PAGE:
Travel, Lifestyle

Seven spellbinding UNESCO World Heritage sites

Seven spellbinding UNESCO World Heritage sites

In 2000, a campaign was started to vote for the new Seven Wonders of the World from 200 existing monuments, and the final results were released in 2007. Today, the locations on the list are widely visited, all of which serve as historic reminders of pre-existing civilisations, ranging from the Great Wall of China to the Taj Mahal.

However, there are attractions around the world that have just as much integrity and contribution to civilisation. If an eye-opening experience without the crowd is what one is looking for, Men’s Folio has readied seven marvels which have been selected as UNESCO World Heritage sites in recent years that could very well rival the grandeur of the new Seven Wonders of the World.


The Architectural Work of Le Corbusier (2016) vs The Colosseum

A selection of 17 building projects is chosen out of the oeuvre of Le Corbusier as an outstanding contribution to the modern movement in architecture. Spread across seven countries, not only are they a testament to the reinvention of architectural language but they also provide a form of pilgrimage for anybody in search of these constructs.

Much like how the Colosseum housed public spectacles, Le Corbusier’s works hold as much, if not more, visual impact. Start in Asia with the Complexe du Capitole in Chandigarh (India) and the National Museum of Western Art in Tokyo (Japan), before exploring the rest in Europe.


Fanjingshan (2018) vs Machu Picchu

Located within the Wuling mountain range in Guizhou Province is the Fanjingshan Nature Reserve. Although its elevation reaches 2,500m above sea level like Machu Picchu, its relative isolation from society not only ensures a high degree of biodiversity – housing plant and animal species that originated in the Tertiary period – but is also believed to be the place where the future Buddha Maitreya will reach enlightenment (according to Chinese Buddhism lore).

If one remains still enough, he might just catch a glimpse of endangered animal species such as the Guizhou snub-nosed monkey, Chinese giant salamander, and Reeves’s pheasant.


Aasivissuit – Nipisat. Inuit Hunting Ground between Ice and Sea (2018) vs

Christ the Redeemer

The Aasivissuit – Nipisat is located in the central part of West Greenland and holds the remains of 4,200 years of human history. Going back to an age before Christ, the landscape was where fisher-hunter-gatherer cultures travelled for seasonal migrations.

Much like the grace of Christ, the location provided natural resources, plants and animal species that supported the hunting and fishing practices. Here, one can pitch a tent in the land that epitomises the resilience of human civilisation and revel in a blanket of the aurora borealis.


Venetian Works of Defence between the 16th and 17th Centuries:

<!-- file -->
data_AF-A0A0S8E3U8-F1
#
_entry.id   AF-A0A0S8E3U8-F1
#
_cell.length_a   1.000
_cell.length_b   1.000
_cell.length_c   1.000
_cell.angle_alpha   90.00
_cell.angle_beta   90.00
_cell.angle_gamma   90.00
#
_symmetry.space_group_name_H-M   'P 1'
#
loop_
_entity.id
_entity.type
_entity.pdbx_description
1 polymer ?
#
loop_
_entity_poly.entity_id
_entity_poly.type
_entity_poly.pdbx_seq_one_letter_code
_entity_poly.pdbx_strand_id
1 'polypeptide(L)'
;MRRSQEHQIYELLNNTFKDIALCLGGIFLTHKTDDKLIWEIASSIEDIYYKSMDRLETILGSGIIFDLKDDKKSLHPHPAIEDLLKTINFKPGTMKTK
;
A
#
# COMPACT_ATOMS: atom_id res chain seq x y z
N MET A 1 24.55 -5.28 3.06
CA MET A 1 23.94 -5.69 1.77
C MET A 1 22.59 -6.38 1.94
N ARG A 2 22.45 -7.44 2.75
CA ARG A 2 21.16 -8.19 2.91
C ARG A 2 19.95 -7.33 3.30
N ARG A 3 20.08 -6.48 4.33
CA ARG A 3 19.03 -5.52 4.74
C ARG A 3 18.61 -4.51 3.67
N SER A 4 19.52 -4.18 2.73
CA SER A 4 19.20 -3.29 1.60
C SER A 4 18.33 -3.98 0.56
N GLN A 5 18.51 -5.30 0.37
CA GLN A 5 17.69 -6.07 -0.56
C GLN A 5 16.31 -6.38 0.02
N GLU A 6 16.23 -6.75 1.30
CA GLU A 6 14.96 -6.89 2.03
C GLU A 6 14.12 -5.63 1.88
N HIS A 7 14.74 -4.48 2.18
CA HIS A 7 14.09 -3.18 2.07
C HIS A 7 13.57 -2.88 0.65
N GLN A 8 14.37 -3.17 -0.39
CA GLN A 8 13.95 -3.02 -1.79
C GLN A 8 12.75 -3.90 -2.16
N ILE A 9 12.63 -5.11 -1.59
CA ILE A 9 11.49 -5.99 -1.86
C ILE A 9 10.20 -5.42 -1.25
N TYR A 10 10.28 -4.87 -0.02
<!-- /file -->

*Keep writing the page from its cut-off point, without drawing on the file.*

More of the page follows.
Stato da Terra – Western Stato da Mar (2017) vs Great Wall of China

The works of defence consist of six components of defensive walls spread across Italy, Croatia, and Montenegro. While the Great Wall of China was built to protect the invasion from the nomads of inner Asia, the Stato da Terra similarly protected the Republic of Venice from other European aggressors, and the Stato da Mar defended the sea routes and ports in the Adriatic Sea.

Visit the iconic City Fortress of Palmanova, built following the Renaissance vision of a utopia, to complete the tour of a nine-pointed star-shaped fort in which the city is encased.


Mistaken Point (2016) vs Great Pyramid of Giza

Located at the southernmost tip of the Avalon Peninsula in Newfoundland and Labrador, Canada, Mistaken Point got its name from the difficulty of navigating the treacherous waters around the area, which have caused 50 known shipwrecks.

While the Great Pyramid of Giza was built as tombs to house a pharaoh of ancient Egypt, the Mistaken Point famously hosts 565-million-year-old fossils. The 17km narrow strip of rugged coastal cliffs is the only place in the world that one would be able to examine the oldest known evidence of life forms on Earth. With more than 10,000 fossil impressions of various sizes, travellers will feel like palaeontologists who have just discovered the ultimate playground.


Antequera Dolmens (2016) VS Chichén Itzá

The Antequera Dolmens (a megalithic tomb with a large flat stone laid on upright ones) comprises three tombs and two natural monuments; The Menga Dolmen, the Viera Dolmen, and the Tholos of El Romeral with the natural La Peña de los Enamorados and El Torcal mountainous formations. Each dolmen was man made during the Neolithic and Bronze Age from large stone blocks to form a megalithic chamber.

Much like the Chichén Itzá, the site incorporates an advanced understanding of astronomy into the temples and religious structures. An air of mysticism floats around the area as the Dolmens were used for rituals and funerary purposes. In fact, every summer solstice, the morning sun shines straight into the entrance of the Menga Dolmen, which is believed to hold spiritual importance. The Antequera Dolmens is worth a visit as it offers glimpses of the creative genius of early humanity.


Sansa, Buddhist Mountain Monasteries in Korea (2018) VS Taj Mahal

The Sansa are Buddhist mountain monasteries located throughout the southern provinces of the Korean Peninsula. Both the Sansa and Taj Mahal have withstood the wear and tear of time, but the former is at least 1,000 years old, trumping the former, which was completed in 1653.

Allegedly, the Sansa are pure Buddhist monasteries without integration of indigenous religions. A unique experience to be had if one were to visit the Sansa is the Templestay programme – spend a couple of days away from society, cleanse oneself, and experience the purity of Buddhist life.


Words by Marcus Li

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